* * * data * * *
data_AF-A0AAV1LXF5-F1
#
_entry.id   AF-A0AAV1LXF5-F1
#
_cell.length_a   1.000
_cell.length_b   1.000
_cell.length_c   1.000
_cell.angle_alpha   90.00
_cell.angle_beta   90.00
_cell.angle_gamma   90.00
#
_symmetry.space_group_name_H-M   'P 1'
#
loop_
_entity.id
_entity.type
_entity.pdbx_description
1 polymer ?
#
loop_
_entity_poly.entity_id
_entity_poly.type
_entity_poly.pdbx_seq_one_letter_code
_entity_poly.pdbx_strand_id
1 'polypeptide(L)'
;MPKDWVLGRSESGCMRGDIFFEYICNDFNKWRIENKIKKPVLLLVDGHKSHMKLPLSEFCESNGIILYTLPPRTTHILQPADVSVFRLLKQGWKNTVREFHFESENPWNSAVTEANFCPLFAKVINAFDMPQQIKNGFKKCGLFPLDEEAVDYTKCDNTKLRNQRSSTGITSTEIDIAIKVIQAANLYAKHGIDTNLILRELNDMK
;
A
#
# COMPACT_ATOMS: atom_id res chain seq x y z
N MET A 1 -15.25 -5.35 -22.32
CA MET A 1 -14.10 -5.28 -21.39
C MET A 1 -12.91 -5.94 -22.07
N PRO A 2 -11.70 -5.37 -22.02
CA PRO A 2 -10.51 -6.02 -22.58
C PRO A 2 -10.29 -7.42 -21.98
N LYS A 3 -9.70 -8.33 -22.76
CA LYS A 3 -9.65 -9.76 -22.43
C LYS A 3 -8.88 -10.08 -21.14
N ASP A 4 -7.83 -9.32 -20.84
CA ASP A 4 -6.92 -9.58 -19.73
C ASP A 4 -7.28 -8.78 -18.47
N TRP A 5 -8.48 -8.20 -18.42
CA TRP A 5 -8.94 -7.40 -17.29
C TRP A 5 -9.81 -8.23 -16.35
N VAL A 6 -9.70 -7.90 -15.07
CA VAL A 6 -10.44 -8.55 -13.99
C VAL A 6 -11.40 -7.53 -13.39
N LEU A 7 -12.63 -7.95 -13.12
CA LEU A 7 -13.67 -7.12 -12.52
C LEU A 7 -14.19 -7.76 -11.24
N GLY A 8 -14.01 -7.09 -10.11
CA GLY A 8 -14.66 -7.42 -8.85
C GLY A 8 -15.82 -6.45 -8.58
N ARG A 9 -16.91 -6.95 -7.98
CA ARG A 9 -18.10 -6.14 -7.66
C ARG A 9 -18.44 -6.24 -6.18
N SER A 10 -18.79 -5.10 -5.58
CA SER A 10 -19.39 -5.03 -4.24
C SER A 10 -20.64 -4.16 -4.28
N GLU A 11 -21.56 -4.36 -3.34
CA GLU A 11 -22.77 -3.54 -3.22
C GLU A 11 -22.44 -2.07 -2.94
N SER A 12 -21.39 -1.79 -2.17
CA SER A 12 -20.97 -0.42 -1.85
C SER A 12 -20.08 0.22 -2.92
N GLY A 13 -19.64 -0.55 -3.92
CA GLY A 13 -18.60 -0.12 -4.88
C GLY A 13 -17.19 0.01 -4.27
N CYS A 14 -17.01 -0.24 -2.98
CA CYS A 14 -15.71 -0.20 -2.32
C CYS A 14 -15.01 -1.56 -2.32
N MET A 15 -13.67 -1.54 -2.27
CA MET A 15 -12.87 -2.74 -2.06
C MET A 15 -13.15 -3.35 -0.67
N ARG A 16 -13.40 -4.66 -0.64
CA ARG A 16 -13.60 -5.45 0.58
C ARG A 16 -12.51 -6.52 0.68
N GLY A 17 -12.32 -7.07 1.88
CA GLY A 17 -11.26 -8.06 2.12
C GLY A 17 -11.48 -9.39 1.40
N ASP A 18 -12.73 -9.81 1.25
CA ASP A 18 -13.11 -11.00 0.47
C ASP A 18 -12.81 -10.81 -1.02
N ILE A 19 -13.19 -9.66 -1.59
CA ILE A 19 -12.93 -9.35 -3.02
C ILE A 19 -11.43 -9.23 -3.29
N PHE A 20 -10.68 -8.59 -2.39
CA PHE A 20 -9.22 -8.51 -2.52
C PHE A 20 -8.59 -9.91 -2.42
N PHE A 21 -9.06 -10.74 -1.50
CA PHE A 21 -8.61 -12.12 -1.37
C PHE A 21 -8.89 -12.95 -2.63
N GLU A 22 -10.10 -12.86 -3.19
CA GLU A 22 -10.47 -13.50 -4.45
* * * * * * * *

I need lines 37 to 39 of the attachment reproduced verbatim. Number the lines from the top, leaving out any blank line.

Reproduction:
N LYS A 3 -9.70 -8.33 -22.76
CA LYS A 3 -9.65 -9.76 -22.43
C LYS A 3 -8.88 -10.08 -21.14